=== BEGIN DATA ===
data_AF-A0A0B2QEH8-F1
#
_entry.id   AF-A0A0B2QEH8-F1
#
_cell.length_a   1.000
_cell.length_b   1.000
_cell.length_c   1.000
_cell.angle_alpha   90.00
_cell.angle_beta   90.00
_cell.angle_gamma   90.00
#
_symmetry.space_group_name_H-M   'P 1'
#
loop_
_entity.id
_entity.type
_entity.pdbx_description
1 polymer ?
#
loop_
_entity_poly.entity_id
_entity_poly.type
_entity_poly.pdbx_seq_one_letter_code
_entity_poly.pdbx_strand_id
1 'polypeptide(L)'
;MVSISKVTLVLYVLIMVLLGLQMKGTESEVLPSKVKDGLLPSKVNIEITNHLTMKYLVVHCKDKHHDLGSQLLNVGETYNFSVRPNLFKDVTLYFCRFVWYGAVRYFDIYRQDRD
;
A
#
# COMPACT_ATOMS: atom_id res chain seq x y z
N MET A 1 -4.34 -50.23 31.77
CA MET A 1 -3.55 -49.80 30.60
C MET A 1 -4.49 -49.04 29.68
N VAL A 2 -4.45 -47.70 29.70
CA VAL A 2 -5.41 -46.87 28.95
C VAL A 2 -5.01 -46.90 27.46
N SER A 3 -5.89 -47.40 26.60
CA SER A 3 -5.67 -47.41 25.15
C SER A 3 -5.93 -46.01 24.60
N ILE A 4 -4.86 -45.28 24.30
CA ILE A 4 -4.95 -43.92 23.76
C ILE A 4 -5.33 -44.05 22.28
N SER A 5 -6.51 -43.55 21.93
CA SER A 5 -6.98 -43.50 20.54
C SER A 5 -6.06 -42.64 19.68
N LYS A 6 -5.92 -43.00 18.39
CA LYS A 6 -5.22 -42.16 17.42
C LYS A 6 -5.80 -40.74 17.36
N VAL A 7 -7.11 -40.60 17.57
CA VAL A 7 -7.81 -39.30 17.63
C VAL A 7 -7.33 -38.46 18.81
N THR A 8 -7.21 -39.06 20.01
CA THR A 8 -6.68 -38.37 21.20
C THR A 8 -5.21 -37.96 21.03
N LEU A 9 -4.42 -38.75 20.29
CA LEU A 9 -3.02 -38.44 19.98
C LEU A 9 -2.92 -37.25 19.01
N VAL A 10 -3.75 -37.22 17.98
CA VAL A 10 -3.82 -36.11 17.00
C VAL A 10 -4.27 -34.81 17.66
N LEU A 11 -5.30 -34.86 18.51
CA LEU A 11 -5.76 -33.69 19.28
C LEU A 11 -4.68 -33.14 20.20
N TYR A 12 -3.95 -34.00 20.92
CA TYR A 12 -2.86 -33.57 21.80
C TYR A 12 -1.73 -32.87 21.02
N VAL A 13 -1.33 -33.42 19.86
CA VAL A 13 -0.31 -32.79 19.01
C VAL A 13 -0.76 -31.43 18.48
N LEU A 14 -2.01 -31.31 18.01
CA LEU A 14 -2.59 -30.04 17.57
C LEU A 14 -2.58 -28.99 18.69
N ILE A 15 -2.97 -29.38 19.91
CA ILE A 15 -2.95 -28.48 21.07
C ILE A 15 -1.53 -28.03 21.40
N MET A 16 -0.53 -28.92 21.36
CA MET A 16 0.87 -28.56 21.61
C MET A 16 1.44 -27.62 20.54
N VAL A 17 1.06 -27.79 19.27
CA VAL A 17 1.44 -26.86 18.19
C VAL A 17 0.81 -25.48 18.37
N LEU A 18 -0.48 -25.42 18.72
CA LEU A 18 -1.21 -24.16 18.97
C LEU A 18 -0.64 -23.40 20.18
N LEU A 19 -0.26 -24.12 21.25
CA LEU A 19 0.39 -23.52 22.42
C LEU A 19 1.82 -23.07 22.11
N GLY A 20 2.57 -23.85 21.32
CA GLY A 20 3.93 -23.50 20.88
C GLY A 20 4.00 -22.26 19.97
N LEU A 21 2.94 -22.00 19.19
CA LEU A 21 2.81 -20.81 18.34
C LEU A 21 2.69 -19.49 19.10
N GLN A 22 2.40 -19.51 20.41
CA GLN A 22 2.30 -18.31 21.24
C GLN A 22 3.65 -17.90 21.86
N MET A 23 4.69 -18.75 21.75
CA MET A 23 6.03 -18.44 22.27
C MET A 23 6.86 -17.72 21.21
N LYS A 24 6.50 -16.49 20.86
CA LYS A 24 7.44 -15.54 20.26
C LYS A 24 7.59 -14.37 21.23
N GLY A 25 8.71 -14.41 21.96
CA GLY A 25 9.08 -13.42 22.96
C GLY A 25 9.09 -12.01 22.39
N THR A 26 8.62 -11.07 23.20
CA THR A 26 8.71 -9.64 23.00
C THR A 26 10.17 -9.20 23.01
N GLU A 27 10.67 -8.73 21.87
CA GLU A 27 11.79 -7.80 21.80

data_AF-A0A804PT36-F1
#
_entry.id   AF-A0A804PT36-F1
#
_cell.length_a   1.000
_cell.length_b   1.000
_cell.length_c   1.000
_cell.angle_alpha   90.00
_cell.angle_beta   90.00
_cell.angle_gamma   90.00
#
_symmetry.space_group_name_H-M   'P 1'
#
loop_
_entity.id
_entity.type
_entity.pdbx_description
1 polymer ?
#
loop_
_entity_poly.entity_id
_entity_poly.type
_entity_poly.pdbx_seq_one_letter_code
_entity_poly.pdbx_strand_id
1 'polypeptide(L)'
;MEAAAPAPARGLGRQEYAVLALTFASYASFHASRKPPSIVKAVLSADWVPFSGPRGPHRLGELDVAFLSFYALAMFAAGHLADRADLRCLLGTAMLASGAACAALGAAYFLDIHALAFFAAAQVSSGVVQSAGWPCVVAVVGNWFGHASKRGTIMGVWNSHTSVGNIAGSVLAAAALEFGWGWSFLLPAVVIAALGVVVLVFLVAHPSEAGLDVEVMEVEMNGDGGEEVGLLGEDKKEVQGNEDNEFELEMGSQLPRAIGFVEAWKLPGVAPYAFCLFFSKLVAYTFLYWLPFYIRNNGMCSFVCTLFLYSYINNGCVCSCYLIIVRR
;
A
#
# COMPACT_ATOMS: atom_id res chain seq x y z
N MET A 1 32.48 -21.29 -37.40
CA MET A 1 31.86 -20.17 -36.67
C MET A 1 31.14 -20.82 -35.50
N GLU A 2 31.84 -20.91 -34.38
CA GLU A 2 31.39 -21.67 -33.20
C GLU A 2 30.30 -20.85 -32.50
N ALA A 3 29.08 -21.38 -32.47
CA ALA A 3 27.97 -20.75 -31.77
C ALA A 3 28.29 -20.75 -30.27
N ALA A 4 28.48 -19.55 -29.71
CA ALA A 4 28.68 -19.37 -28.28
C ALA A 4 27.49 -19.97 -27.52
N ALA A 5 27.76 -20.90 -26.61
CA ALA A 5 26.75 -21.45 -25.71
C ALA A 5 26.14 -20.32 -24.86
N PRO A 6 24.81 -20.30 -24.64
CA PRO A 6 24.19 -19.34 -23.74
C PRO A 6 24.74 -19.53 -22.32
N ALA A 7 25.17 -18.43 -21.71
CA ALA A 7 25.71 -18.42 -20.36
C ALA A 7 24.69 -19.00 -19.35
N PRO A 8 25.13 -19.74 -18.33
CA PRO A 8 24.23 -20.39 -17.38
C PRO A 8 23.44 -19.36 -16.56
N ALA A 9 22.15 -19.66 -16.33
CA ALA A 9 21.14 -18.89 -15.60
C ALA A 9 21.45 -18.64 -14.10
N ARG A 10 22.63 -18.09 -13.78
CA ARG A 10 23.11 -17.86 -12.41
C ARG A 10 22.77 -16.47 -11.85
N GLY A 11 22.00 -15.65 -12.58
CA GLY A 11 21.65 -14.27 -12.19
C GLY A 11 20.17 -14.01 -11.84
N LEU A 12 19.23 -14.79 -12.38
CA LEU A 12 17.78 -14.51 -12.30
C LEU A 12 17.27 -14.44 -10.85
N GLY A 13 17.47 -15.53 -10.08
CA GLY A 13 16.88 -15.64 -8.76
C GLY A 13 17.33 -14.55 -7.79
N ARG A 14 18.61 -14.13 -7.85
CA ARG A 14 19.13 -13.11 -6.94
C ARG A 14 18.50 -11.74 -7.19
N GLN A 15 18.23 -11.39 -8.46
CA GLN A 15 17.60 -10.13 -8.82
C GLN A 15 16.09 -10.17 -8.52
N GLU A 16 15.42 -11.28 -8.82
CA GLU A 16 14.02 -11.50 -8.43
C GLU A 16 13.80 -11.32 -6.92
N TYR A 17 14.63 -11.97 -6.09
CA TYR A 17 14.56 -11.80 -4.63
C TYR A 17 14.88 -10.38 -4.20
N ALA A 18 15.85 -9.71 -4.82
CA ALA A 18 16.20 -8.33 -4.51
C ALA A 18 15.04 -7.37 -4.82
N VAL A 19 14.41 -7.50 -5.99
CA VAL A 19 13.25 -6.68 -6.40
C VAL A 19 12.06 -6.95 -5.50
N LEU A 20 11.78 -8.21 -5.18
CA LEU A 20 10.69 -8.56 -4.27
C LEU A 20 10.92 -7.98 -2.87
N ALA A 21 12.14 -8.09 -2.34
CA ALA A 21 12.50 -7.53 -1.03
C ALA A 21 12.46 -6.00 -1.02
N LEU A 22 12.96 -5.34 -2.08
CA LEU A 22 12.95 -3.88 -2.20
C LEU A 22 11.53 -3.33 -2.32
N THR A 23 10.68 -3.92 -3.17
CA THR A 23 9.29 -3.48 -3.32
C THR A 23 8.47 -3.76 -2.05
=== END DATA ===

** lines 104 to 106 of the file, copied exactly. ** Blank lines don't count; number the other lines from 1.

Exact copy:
CA GLY A 25 9.08 -13.42 22.96
C GLY A 25 9.09 -12.01 22.39
N THR A 26 8.62 -11.07 23.20